“Basically, all it does is use image recognition and then it’ll give you information around the product so you can get a bit of a demo,” Jack explained. “This means we’re reducing the amount of water we can use in the shops so we can actually cut back a bit. It also gives people an idea and obviously they can smell it themselves, see it themselves, then there’s all the ingredients and information listed on the app.” 

10. How To Rid Your Tub Of Glitter

It’s as simple as shower gel, mates.

11. Ro’s Tips To Go Green

  • Do it one bit at a time.

  • Think about what you use most and what is the easiest thing for you to change so going from a liquid shampoo to a solid bar, give it a try, see if you like it.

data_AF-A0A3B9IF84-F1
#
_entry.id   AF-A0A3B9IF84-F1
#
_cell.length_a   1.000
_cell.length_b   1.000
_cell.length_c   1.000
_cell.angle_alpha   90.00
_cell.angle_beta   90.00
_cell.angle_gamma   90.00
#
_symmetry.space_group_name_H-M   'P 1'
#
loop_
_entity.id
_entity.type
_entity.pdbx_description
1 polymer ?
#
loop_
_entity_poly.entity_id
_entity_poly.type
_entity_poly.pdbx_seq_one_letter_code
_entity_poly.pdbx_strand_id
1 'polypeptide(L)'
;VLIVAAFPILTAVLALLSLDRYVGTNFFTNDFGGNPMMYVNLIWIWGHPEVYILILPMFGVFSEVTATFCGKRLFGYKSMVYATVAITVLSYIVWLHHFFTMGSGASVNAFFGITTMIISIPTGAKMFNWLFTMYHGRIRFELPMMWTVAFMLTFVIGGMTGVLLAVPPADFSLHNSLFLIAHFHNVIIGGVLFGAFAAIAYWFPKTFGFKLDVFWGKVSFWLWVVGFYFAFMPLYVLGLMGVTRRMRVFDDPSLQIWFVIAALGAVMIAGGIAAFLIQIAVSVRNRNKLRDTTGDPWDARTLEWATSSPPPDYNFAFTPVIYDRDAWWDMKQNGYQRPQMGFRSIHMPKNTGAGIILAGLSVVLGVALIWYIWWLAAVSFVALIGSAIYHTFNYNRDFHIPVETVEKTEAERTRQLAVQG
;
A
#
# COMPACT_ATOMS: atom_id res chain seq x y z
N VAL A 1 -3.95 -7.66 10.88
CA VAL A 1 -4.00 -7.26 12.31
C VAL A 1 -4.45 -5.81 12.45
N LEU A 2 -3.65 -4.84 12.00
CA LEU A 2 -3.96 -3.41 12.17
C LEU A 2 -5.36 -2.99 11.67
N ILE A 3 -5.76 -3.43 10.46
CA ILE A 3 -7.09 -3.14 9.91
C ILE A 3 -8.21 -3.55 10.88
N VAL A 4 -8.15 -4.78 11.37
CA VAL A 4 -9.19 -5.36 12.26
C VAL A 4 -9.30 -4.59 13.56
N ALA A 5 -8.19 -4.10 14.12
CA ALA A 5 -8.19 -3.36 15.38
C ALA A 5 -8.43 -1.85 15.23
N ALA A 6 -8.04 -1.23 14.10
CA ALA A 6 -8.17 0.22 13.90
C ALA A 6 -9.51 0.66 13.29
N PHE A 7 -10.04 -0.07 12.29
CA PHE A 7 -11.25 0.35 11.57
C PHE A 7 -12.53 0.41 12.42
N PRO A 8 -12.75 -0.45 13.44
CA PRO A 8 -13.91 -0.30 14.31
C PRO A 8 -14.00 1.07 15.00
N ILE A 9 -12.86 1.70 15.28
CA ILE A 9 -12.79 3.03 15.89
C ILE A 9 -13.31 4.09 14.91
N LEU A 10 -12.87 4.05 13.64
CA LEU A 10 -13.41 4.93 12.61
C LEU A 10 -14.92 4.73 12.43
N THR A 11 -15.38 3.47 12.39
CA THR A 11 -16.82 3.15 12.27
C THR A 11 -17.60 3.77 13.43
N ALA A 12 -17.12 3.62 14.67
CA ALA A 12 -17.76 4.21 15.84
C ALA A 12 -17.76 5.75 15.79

• Carry a reusable bag.

  • Say no to a straw, it’s hard to always remember this – sometimes I think ‘Damn it, I didn’t tell them I didn’t want a straw.’

  • Switch your tap off when you’re cleaning your teeth, don’t stay so long in the shower, or only have one luxurious shower a week.

  • Reduce what you’re doing, it doesn’t mean you have to stop, you can still have a bath if you want a bath but spend a length of time in it, share it with someone you love, or just don’t have it every day.

  • When you leave a room, switch the lights off.

“Any little thing that saves from doing something else, or saves energy of any kind has to be good but don’t be hard on yourself,” Ro continued. “If it’s too hard, it’s like suddenly going vegan.

“Become a vegetarian first then try being a vegan if you want but don’t just go from being a meat-eater for every meal to nothing because you’ll get really hungry and you won’t know what to do and then you’ll get stubborn and think ‘Blow that, I’m not going to do it anymore.’

“It’s about being reasonable with yourself and being kind with yourself as well.”